The man rushed to the business administrator’s office and within minutes, the Toshiba was rolling proudly down the hall to the man’s van. Several of the staff and the front desk receptionist followed the twosome and stood at the doors of the church waving to our old friend and wishing him/her well. I’ve heard of foster programs for cats and dogs, but never copy machines. On the other hand, I can’t think of a better place for our old friend.
A few months later, I heard through the grapevine that the experience of foster parenting our old copy machine had worked out so well, that the man had started a second chance adoption agency for used machines.
Oh, the miracles of church work.


I don’t know if I have written about our new copy machine, Biz. Our superman IT guy searched far and wide to find the perfect fit for our needs. The process had the feel of an overseas adoption- minus some of the paperwork, and in some ways parallels that process with one exception being he did not have to fly oversees to see the new “babe”.. When the fateful arrival day came along, and the baby blanket-like bubblewrapped new kid on the block was delivered into his new home, the copy room “nursery” I liked him immediately. He seemed a little adolescentish in his demeanor, his buttons and sound. As I’ve gotten to know him, I would say that initial observation has proven true. He can be temperamental and obstinate, and is a little complicated to manage at times, but we have bonded…. As well as you can bond with a copy machine. Being a mom of older children, I probably shouldn’t say this, but to tell you the truth, he is a little easier to understand than some (who shall remain nameless) adolescents I have known.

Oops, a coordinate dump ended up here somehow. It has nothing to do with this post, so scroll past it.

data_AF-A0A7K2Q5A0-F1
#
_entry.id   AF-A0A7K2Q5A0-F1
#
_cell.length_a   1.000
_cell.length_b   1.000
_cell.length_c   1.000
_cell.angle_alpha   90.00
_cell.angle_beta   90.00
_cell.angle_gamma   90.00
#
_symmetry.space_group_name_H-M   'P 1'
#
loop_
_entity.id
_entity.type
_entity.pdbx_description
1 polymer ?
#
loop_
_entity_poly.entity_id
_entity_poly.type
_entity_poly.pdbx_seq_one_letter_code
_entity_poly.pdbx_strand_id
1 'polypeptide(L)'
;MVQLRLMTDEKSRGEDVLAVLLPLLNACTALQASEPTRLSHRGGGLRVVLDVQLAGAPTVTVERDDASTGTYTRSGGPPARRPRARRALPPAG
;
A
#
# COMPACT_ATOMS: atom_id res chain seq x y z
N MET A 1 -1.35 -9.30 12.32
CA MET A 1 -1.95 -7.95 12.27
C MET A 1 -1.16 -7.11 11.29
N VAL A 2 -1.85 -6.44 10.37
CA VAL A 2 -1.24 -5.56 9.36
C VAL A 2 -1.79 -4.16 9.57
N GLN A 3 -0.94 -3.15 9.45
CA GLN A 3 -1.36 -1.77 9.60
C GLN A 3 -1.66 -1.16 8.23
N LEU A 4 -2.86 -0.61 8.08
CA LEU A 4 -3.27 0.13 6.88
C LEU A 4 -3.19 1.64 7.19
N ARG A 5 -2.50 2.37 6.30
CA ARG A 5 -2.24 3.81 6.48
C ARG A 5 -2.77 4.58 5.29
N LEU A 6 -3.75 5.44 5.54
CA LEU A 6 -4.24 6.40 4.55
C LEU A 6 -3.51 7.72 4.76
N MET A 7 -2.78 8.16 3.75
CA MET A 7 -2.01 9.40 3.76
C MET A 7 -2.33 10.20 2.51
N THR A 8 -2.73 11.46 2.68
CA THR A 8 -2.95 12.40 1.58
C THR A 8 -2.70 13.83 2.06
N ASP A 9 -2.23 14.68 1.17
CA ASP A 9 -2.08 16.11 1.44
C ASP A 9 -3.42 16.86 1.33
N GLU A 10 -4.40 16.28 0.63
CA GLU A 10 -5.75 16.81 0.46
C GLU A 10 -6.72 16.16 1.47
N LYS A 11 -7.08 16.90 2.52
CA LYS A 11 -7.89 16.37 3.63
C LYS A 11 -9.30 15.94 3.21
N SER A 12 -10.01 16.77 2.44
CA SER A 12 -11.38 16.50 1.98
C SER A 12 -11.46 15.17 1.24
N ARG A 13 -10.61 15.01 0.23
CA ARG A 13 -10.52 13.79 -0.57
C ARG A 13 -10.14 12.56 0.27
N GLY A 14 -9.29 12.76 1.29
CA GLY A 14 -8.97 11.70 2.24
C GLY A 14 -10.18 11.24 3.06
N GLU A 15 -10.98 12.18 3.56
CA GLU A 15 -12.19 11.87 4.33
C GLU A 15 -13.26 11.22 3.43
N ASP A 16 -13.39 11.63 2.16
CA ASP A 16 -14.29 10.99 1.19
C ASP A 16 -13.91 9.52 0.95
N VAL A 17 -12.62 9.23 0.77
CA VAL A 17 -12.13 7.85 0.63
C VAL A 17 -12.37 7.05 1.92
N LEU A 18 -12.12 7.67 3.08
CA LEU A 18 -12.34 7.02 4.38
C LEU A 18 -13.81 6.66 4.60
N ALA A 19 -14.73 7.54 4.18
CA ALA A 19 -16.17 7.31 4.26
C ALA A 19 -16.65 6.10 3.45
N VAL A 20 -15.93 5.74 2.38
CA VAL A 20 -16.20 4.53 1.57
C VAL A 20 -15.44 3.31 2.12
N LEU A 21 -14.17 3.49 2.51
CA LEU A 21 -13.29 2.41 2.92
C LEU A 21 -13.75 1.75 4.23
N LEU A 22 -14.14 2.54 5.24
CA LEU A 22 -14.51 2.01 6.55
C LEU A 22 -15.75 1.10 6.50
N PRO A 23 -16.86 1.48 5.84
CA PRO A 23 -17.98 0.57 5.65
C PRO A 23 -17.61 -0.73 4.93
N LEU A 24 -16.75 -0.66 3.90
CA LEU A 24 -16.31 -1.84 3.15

I put a note on him when he first came to us saying something like, “ Hi. I am Biz, the new copy machine. I am wary of strangers. If you have any questions, please ask Melanie, thank you.” Yes, I took the youngster, new and shiny as he was under my wing, loved him, nurtured him, programmed him to accept staff color copy requests.
That note has saved us many a service visit from the BizHub people, I’m sure. Over time, I put my own cheat sheet of how to work the machine up on the wall behind him, so I can go in and just read and follow. Being elderly in my ability to recall directions, the directions on the wall were a purely selfish move…I recall seeing the 5 operating direction books that came with him when he first was born into our church family, and realized pretty darn quick, that unless I was having trouble with insomnia, those books really held no real usefulness or meaning for me. The wall pictures and notes came in handy for others, too, but I discovered if you weren’t standing in just the right place, you would not notice the quick how- to directions, so I traced my feet in silver marker on the floor in front of the machine. That unfortunate visual has somehow helped the ability of others to use Biz tremendously. When you look down to see if your feet are in the right spots, you are forced to notice the keypad that holds all the buttons the directions refer to in the How To Use sheet on the wall. Sounds silly, I know. But hey, if it works, right?